Evidence indicates that a small group of ‘Repeat Player’ creditors use  this process–HMRC (tax), some local authorities for council tax and some  professional debt collectors.  Kilborn and Walters indicate that 34% of petitions were brought by HMRC in 2011.  Why do these creditors use this remedy? After all in a bankruptcy they will have to share any assets with other creditors. HMRC no longer has a preferential priority.  The reason seems to be  primarily that bankruptcy is a powerful threat.  Bankruptcy may not only be very costly for a debtor (loss of control over any property, high trustee fees, loss of professional status) but it continues to carry a stigma which can be exploited by the creditor. Under 50% of bankruptcy petitions result in court orders, suggesting that the threats do result in some settlements and an RP creditor such as HMRC may calculate that the benefits to it outweigh the costs. Kilborn and Walters also suggest that they may use bankruptcy as a way of ‘closing a file’, passing on the problem to the Insolvency Service who may have to administer the bankruptcy.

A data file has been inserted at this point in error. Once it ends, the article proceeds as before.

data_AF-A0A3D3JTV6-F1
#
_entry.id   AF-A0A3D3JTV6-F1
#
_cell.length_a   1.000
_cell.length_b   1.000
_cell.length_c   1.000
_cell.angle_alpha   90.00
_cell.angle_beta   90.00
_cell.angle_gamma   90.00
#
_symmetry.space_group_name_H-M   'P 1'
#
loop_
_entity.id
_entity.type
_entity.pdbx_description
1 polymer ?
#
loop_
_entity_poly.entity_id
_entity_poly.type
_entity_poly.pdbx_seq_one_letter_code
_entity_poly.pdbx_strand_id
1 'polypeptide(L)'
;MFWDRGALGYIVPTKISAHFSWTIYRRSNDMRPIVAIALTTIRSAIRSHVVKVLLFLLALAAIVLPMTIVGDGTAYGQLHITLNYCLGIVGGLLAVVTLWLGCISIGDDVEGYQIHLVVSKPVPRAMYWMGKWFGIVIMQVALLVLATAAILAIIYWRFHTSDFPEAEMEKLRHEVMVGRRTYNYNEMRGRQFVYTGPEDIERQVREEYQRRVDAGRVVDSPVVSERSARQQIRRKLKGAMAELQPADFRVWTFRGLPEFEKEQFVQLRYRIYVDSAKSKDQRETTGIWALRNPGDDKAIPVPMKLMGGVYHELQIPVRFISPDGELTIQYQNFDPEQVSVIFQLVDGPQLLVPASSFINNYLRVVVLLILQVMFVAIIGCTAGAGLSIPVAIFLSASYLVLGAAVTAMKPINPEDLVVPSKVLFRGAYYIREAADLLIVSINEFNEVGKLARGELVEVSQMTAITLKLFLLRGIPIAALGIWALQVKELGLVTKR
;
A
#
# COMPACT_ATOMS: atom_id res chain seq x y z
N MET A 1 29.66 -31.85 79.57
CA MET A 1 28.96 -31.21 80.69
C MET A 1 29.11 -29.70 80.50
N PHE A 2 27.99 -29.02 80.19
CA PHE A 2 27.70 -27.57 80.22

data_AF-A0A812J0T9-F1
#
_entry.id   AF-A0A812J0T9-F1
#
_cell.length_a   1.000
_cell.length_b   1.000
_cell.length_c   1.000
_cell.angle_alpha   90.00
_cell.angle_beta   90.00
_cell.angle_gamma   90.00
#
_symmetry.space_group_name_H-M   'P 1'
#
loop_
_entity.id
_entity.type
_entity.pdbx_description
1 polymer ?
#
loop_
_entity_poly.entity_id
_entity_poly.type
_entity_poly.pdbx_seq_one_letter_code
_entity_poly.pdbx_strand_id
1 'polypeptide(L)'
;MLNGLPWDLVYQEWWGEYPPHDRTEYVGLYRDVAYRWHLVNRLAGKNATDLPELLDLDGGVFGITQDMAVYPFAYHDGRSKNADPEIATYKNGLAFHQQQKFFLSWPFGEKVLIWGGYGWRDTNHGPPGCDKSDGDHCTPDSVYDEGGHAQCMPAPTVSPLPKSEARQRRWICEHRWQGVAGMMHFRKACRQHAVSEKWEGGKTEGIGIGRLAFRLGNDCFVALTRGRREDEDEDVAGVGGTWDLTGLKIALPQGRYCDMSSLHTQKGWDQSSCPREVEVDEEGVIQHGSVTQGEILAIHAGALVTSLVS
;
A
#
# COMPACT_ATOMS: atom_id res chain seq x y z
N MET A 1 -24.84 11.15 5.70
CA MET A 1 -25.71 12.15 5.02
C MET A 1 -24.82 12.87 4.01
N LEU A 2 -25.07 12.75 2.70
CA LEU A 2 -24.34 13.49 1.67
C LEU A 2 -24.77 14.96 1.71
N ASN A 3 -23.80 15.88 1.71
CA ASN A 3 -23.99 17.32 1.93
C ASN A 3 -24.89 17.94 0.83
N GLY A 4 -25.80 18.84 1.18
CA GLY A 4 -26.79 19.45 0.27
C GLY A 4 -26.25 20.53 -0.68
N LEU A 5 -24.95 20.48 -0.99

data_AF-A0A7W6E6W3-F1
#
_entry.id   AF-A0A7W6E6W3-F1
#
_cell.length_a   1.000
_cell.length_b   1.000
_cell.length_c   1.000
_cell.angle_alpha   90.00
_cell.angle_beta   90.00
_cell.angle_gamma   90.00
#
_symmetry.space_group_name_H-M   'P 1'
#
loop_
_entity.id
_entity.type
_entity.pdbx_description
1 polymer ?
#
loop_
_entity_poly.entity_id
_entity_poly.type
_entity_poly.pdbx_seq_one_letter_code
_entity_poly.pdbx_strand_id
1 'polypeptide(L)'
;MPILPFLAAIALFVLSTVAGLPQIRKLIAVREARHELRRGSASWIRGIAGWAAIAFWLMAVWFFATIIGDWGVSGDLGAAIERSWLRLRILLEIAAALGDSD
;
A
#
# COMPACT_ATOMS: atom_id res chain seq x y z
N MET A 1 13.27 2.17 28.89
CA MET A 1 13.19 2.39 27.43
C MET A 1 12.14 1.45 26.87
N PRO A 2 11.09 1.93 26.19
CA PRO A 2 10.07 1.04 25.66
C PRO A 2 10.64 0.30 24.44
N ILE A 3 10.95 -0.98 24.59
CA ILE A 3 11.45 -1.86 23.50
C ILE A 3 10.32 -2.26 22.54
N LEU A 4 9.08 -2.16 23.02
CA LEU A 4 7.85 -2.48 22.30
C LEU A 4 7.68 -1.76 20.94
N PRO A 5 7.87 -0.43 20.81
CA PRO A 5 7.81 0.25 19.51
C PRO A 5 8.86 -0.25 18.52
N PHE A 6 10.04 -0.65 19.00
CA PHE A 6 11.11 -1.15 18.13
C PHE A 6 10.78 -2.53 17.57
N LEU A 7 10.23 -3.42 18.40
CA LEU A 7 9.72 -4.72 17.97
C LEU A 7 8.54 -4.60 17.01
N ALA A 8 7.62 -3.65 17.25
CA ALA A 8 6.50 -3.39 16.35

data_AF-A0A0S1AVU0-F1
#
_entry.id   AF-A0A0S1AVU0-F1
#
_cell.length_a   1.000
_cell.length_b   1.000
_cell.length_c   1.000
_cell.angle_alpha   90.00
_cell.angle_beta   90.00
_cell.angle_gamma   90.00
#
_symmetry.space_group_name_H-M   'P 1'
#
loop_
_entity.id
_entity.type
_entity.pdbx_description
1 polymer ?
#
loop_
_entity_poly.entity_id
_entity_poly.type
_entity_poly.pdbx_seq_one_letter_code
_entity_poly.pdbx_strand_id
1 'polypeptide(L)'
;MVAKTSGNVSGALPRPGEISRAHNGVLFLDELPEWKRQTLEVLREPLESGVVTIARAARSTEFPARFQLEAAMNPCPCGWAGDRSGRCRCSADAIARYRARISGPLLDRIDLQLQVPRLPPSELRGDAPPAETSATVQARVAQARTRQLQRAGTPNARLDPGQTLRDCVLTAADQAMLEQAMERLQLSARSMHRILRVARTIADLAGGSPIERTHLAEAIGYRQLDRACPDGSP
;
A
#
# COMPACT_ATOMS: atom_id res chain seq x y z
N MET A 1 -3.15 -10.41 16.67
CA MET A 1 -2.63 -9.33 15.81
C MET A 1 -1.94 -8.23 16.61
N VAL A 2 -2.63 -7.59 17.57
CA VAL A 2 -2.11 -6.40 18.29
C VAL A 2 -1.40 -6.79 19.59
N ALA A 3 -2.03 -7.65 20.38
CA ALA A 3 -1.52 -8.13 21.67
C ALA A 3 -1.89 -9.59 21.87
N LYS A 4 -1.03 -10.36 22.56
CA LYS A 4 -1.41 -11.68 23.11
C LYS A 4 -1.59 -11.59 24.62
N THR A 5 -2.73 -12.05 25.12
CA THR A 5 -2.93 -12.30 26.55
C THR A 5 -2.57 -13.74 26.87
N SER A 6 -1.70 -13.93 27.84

But this use of bankruptcy  and its threat are  problematic. Individuals may become further indebted in order to repay the individual debt or take some unwise action in response to the threat. Individual creditor action may disadvantage other creditors. Payment to the petitioning creditor is in substance  a preference for one creditor at the expense of another violating the bankruptcy principle of equal treatment of all unsecured creditors (creditors try to avoid this by requiring payment from a third-party).  Court time is wasted if the court has to dismiss the petition. The process deprives the debtor of the protection of the ordinary courts  in individual debt collection where an instalment order may be made for payment.  Disproportionate costs and fees may result for  a bankrupt. A Newsnight  investigation in 2014  documented an  individual with council tax debts of £1350 which transformed into a debt of  £80,000 through bankruptcy fees.  The use of the threat of bankruptcy where there is no real intention of carrying through on the threat would constitute an unfair commercial practice under the CPUT regulations. The Office of Fair Trading in 2009 imposed conditions on the credit licence of  Ist Credit, a debt collection agency, for its practice of indiscriminate use of statutory demands where it had no expectation of carrying through with the bankruptcy but used them as a draconian threat. See  here and here .